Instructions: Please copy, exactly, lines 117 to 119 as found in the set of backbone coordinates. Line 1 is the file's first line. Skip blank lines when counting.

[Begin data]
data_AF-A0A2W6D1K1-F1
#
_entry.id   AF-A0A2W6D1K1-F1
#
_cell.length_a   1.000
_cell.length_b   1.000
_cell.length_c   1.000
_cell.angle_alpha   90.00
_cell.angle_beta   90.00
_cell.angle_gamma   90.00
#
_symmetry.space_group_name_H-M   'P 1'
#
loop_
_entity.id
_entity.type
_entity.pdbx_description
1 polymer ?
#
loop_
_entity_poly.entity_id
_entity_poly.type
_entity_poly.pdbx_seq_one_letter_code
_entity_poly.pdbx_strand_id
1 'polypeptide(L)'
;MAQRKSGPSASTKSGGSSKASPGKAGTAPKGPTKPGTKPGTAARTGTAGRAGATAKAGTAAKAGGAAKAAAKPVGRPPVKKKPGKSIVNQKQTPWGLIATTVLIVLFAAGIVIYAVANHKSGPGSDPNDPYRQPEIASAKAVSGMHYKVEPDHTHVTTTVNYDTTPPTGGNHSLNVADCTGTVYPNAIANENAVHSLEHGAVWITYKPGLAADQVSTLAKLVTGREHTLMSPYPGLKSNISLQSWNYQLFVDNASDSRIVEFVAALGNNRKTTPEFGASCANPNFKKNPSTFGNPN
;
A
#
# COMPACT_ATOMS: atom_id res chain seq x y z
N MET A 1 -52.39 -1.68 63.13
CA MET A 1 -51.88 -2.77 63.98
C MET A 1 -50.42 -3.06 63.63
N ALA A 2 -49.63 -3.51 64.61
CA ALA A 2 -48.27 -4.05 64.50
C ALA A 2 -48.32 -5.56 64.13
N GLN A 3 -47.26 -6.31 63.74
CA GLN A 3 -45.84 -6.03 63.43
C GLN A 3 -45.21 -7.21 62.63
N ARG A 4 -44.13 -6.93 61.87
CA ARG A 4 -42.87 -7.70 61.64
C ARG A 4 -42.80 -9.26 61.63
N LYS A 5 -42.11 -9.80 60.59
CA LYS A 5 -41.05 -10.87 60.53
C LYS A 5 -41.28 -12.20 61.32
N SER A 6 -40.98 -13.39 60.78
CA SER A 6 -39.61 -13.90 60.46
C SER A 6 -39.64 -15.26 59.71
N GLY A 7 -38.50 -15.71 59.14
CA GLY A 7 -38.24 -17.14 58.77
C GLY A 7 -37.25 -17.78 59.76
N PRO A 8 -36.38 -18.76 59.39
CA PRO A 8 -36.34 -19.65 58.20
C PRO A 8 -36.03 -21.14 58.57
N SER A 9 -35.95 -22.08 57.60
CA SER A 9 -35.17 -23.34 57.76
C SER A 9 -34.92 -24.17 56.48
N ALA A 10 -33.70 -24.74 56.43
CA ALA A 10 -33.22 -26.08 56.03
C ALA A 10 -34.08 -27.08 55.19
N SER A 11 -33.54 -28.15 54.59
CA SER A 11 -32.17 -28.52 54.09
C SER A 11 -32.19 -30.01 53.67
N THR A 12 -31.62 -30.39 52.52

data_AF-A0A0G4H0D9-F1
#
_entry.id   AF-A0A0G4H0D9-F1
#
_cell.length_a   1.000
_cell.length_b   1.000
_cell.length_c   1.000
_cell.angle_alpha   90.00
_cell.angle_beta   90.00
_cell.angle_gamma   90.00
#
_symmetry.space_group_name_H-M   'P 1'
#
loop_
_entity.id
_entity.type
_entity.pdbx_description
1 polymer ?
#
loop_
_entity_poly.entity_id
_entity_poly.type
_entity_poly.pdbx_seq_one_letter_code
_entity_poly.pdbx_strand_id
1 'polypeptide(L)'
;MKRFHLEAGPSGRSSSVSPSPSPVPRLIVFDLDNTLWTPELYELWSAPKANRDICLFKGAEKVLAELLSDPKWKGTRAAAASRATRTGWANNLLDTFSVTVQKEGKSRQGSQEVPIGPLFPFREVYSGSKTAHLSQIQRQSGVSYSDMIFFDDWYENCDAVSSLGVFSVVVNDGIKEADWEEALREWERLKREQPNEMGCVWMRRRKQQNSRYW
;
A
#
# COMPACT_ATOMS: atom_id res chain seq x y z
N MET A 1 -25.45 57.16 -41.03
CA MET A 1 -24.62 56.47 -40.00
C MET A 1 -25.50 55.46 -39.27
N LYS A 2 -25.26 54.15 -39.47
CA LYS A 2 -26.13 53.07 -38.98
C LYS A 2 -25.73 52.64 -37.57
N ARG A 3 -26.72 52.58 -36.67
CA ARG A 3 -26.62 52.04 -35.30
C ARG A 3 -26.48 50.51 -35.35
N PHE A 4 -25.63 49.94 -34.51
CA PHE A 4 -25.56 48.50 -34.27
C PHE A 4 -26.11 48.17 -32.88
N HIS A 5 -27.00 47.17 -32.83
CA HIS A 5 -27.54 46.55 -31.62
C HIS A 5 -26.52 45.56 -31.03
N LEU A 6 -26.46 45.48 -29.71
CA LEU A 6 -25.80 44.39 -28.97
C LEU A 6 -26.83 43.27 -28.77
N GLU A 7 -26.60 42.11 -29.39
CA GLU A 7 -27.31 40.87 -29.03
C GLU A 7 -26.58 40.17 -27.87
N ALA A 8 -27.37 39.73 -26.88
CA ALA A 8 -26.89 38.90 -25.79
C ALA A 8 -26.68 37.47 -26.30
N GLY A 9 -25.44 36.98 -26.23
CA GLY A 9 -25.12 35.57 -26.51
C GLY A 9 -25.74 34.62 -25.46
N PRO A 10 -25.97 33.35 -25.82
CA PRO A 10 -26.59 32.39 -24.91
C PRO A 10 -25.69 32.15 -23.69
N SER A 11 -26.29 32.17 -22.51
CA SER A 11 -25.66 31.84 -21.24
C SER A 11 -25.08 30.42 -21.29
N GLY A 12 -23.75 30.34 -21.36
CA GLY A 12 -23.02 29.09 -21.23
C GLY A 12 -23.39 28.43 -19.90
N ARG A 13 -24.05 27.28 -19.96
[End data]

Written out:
CA ALA A 8 -26.89 38.90 -25.79
C ALA A 8 -26.68 37.47 -26.30
N GLY A 9 -25.44 36.98 -26.23